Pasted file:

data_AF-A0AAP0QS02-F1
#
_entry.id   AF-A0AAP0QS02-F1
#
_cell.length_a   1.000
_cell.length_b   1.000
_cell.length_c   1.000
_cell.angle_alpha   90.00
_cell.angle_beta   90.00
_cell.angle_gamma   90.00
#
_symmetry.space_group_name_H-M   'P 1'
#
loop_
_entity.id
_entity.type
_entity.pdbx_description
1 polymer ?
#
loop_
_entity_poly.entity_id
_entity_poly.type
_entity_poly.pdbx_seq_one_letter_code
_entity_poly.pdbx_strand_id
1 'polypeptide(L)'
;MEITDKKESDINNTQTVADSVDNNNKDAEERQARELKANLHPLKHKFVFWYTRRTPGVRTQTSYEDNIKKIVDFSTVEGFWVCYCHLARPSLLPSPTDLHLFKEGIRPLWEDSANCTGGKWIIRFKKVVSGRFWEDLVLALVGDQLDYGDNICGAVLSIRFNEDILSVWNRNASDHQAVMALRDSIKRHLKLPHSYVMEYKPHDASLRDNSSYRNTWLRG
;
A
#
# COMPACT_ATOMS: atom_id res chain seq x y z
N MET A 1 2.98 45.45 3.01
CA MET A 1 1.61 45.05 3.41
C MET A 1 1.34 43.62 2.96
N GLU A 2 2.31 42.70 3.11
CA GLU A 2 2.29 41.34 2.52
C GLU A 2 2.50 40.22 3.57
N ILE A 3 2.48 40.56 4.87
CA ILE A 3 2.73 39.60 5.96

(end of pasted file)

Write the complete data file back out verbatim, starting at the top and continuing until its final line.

data_AF-A0AAP0QS02-F1
#
_entry.id   AF-A0AAP0QS02-F1
#
_cell.length_a   1.000
_cell.length_b   1.000
_cell.length_c   1.000
_cell.angle_alpha   90.00
_cell.angle_beta   90.00
_cell.angle_gamma   90.00
#
_symmetry.space_group_name_H-M   'P 1'
#
loop_
_entity.id
_entity.type
_entity.pdbx_description
1 polymer ?
#
loop_
_entity_poly.entity_id
_entity_poly.type
_entity_poly.pdbx_seq_one_letter_code
_entity_poly.pdbx_strand_id
1 'polypeptide(L)'
;MEITDKKESDINNTQTVADSVDNNNKDAEERQARELKANLHPLKHKFVFWYTRRTPGVRTQTSYEDNIKKIVDFSTVEGFWVCYCHLARPSLLPSPTDLHLFKEGIRPLWEDSANCTGGKWIIRFKKVVSGRFWEDLVLALVGDQLDYGDNICGAVLSIRFNEDILSVWNRNASDHQAVMALRDSIKRHLKLPHSYVMEYKPHDASLRDNSSYRNTWLRG
;
A
#
# COMPACT_ATOMS: atom_id res chain seq x y z
N MET A 1 2.98 45.45 3.01
CA MET A 1 1.61 45.05 3.41
C MET A 1 1.34 43.62 2.96
N GLU A 2 2.31 42.70 3.11
CA GLU A 2 2.29 41.34 2.52
C GLU A 2 2.50 40.22 3.57
N ILE A 3 2.48 40.56 4.87
CA ILE A 3 2.73 39.60 5.96